Sir Charles Saumarez Smith CBE, was in deliciously dirt-dishing form at last night’s farewell party to celebrate his 11 years at the helm of the Royal Academy of Arts. Drinks celebrating the outgoing chief-executive of the RA in the institution's Collections Galleries were followed by a refreshingly no-holds-barred in-conversation with fellow grandee Sir John Tusa. It was during this talk that Sir C took the opportunity to make a few confessions and also to air a number of grievances, most notably concerning the National Gallery where he was director between 2002-7.
Before turning to his troubled five years at the National Gallery, Samaurez-Smith first admitted that his move from assistant keeper and then head of research at the Victoria & Albert Museum to take up the post of director at the National Portrait Gallery in 1994 was a “big break for me, as I was totally unqualified in every way.” Nonetheless, despite revealing a few gaffes such as presenting Jeremy Dixon and Edward Jones’ new Ondaatje Wing to the NPG’s trustees whilst holding the architects model upside down, his time at the NPG was a resounding success: visitor figures were doubled, the building extended and popular exhibitions by contemporary photographers including Annie Leibovitz, Bruce Weber and Richard Avedon were introduced.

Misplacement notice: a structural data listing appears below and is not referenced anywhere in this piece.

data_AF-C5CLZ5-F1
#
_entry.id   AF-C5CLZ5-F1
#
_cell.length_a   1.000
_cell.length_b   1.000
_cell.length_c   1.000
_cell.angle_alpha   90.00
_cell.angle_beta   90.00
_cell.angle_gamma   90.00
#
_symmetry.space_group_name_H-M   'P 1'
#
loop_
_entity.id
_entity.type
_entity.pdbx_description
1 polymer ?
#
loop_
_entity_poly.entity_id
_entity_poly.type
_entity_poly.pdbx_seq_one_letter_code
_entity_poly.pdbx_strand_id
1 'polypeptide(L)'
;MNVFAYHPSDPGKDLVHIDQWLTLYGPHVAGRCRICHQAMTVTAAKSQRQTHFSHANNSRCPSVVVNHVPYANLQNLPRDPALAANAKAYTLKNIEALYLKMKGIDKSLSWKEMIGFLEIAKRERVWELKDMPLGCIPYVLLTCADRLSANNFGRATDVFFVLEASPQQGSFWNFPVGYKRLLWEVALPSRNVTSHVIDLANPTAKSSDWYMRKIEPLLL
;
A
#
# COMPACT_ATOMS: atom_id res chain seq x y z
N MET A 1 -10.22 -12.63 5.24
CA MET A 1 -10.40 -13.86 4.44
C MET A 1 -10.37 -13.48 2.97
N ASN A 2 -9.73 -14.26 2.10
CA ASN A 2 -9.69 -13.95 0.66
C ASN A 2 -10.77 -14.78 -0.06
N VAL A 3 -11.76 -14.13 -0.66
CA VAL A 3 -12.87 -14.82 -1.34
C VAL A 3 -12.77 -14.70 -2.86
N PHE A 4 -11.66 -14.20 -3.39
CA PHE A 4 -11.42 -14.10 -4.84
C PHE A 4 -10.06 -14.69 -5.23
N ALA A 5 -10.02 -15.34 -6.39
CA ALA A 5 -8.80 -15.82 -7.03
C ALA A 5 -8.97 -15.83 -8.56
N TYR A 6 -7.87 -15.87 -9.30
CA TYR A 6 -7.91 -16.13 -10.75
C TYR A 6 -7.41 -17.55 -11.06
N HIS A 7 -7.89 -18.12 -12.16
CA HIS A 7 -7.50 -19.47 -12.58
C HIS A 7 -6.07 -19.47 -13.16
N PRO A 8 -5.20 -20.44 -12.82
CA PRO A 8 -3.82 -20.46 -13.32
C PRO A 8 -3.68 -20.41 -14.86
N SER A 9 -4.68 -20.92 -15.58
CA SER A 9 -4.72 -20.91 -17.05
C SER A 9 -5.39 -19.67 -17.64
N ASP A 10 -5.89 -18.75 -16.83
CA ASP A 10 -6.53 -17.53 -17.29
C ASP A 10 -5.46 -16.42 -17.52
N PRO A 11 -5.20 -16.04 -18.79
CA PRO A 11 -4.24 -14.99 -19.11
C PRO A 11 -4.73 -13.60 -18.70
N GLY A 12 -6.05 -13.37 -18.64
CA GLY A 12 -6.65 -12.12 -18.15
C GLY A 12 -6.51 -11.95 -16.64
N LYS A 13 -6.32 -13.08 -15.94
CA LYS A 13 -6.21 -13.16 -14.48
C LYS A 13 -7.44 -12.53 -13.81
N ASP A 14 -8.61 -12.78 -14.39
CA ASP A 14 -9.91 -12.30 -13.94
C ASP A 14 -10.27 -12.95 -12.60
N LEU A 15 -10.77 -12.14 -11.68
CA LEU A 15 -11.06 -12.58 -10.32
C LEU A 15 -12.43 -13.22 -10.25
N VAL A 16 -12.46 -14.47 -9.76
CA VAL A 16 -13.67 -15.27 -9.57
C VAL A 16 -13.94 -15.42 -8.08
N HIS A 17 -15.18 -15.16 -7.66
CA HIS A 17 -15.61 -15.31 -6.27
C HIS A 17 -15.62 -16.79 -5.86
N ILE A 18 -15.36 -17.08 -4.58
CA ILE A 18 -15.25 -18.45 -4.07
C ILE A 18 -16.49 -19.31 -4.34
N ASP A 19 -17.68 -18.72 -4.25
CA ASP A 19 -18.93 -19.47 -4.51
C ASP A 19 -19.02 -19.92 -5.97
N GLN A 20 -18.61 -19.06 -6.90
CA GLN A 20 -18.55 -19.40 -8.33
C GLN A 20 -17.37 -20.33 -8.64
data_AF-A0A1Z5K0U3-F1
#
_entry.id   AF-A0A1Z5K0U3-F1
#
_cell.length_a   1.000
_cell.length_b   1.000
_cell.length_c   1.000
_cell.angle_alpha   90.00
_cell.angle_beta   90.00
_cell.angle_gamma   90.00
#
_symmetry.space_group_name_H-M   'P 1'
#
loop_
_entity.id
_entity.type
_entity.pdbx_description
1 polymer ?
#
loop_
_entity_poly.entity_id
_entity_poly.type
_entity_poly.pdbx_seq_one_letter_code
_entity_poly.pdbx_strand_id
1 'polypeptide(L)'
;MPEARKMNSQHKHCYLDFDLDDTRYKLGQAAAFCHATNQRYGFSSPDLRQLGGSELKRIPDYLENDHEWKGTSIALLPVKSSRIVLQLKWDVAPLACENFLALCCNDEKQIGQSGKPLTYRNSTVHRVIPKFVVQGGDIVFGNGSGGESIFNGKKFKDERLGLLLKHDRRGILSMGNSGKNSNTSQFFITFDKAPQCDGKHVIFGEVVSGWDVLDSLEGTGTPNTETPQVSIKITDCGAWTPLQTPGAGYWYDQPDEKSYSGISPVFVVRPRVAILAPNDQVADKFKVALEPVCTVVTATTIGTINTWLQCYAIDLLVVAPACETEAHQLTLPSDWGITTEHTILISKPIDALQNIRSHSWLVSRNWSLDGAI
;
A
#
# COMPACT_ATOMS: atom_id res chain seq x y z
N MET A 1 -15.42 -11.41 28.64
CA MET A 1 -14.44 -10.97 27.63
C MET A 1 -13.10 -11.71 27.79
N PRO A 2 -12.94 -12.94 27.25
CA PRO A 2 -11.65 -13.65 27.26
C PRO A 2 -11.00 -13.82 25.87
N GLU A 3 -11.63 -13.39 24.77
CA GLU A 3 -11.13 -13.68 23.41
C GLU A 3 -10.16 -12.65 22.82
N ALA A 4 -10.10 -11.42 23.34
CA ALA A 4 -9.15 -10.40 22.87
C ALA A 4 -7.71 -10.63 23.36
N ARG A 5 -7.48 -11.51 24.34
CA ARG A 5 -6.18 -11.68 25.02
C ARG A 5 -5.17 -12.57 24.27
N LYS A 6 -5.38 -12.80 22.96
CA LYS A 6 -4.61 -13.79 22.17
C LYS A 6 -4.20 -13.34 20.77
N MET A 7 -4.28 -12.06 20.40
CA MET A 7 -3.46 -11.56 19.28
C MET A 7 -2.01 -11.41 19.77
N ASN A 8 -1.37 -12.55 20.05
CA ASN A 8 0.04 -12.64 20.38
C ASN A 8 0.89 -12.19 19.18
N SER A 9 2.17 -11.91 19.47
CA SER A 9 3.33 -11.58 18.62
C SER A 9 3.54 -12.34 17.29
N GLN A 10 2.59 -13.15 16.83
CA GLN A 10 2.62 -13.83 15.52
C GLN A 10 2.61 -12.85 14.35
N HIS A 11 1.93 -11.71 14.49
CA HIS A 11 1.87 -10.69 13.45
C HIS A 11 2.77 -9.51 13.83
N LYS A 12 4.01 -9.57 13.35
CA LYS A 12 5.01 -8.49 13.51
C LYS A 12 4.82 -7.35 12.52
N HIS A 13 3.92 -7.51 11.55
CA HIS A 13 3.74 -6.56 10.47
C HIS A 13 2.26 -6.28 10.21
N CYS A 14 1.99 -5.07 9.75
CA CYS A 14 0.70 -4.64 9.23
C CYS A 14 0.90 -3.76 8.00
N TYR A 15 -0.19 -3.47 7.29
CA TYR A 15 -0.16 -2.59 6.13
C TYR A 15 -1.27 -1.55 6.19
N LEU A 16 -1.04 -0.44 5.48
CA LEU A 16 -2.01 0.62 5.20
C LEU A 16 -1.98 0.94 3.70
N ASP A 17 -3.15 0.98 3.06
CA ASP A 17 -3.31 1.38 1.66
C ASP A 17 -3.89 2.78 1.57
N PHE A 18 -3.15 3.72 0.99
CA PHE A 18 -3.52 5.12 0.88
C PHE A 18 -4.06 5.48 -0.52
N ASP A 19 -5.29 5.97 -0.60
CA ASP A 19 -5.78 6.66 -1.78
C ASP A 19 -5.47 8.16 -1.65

However, his next role of National Gallery director was less harmonious and immediately got off to an inauspicious beginning when, after a gruelling interview of “forensic questioning” Saumarez Smith only learned that he had the job from a desultory telephone call several days after the news had been plastered over the cover of the Daily Telegraph. “It is still inscrutable to me as to why the hell I was appointed”, he told last night’s illustrious audience, who included Sir Nicholas Serota, Sir Antony Gormley and Dame Marina Warner. Other ways in which the National Gallery further blotted its copy book included the time when its new director had the temerity to reveal to his new employers that he had a wife, to be greeted by the response, “Oh– we are not used to that!” By contrast when he was being courted by Nicholas Grimshaw, the then-president of the Royal Academy, Saumarez Smith remembers that the solicitious treatment given to the-then Mrs S-S “won my heart.”
Overall, the resounding message of the evening was that the Royal Academy has been an infinitely better place to work and to lead, with Sir Charles declaring with customary irreverence that “at the RA you know when you are being stabbed in the back.” All of this will undoubtedly stand Sir C in good stead in his next incarnation in the bosom of the commercial art world when next year he takes up the post of senior director at the London and Berlin-based Blain Southern Gallery.